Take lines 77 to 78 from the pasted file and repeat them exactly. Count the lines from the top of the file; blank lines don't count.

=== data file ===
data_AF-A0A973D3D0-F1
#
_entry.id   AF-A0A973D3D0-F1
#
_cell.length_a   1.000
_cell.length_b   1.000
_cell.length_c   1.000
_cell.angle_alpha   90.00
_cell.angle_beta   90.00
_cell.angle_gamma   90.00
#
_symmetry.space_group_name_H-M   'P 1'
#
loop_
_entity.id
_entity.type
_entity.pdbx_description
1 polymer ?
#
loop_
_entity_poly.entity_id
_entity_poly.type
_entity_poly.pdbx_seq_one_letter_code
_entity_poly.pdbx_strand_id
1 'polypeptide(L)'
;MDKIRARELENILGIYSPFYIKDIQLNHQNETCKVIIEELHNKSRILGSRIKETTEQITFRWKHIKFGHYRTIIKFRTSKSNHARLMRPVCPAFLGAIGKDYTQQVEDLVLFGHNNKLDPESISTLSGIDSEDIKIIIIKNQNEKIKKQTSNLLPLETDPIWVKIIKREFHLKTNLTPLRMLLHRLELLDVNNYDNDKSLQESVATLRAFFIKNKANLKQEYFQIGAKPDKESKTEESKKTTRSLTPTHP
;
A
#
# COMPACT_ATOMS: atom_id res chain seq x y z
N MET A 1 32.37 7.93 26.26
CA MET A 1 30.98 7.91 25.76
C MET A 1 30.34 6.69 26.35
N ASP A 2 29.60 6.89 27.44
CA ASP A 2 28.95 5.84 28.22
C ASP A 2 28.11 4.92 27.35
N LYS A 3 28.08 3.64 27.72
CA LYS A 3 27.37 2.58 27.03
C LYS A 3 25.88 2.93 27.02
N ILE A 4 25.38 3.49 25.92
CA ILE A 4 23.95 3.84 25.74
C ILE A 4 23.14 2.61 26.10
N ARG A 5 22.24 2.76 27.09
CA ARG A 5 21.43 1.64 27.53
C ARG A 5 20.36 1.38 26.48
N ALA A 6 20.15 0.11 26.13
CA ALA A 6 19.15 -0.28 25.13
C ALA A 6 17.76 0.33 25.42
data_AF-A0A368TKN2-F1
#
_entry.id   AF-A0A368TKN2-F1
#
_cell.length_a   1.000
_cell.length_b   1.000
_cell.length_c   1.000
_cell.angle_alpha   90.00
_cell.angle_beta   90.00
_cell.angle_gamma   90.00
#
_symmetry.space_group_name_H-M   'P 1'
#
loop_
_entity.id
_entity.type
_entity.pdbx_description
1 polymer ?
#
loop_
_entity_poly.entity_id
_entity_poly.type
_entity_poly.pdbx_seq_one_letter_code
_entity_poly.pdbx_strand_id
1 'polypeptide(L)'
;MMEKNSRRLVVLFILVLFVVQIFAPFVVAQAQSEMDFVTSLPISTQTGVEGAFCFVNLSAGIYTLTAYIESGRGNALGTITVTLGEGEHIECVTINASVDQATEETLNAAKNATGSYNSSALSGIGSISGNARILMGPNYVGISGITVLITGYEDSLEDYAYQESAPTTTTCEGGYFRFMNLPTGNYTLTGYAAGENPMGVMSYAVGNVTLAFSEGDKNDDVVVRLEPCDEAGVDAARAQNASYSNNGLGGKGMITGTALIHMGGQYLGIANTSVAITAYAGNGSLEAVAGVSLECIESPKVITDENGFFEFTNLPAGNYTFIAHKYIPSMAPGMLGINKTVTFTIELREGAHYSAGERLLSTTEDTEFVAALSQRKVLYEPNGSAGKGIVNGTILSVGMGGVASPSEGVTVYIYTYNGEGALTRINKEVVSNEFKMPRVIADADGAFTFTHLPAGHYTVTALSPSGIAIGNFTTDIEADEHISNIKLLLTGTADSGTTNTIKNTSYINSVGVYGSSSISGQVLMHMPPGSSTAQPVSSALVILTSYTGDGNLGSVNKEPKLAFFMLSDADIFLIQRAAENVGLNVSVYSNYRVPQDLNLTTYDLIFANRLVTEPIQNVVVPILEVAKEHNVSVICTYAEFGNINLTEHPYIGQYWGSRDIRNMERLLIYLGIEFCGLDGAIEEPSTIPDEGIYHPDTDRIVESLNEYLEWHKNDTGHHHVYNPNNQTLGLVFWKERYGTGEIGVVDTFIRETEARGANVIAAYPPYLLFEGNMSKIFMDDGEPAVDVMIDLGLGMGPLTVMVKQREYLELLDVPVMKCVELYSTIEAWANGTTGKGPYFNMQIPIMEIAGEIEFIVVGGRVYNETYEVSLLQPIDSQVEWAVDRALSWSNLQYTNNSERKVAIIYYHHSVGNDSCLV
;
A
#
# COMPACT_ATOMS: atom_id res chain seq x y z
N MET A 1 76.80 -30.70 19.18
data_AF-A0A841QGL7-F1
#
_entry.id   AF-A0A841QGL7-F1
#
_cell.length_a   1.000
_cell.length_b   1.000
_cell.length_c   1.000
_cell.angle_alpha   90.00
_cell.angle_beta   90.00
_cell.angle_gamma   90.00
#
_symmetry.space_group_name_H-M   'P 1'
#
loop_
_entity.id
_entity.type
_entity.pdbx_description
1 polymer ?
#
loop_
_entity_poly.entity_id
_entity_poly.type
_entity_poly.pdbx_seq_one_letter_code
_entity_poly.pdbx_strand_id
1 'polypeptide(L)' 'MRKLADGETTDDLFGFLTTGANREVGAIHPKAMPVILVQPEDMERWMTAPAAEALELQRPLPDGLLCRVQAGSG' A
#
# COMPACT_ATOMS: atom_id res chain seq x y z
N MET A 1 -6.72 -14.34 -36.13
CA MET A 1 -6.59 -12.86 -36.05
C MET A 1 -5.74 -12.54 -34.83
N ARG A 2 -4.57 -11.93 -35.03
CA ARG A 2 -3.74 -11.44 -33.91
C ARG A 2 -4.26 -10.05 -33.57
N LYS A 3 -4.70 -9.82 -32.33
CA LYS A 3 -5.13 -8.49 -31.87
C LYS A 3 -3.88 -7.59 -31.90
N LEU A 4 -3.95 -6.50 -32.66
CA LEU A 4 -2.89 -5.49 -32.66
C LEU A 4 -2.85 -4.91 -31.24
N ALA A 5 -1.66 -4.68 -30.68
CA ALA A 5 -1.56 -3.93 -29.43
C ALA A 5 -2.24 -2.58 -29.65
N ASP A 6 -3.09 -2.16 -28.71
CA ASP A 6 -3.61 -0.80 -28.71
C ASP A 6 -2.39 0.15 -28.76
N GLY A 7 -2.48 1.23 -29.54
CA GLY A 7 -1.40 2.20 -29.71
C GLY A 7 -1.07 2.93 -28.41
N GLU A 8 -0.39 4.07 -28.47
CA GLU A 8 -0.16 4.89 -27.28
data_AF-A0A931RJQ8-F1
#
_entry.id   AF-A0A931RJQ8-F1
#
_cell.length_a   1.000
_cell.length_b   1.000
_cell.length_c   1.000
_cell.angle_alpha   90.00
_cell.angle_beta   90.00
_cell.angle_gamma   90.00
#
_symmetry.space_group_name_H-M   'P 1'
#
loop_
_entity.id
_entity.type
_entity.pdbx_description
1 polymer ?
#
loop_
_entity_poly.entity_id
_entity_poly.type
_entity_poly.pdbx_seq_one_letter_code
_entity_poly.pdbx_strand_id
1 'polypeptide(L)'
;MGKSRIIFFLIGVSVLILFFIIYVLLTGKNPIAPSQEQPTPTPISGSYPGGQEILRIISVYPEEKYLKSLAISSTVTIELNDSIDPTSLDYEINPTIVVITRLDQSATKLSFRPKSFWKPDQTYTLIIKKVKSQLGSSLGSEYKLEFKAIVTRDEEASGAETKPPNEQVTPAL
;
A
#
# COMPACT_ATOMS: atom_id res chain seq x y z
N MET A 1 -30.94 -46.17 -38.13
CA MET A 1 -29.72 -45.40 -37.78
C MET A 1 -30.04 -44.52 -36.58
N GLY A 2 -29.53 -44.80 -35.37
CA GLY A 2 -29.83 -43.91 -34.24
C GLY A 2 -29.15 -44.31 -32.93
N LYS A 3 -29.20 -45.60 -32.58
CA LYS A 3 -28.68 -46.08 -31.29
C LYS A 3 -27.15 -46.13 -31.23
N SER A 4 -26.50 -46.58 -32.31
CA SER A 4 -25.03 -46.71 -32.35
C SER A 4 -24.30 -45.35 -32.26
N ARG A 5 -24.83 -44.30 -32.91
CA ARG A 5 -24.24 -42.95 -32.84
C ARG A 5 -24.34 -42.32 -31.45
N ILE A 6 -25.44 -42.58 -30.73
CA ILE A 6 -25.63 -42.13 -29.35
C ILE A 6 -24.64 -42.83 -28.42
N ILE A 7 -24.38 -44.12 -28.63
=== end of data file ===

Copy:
#
# COMPACT_ATOMS: atom_id res chain seq x y z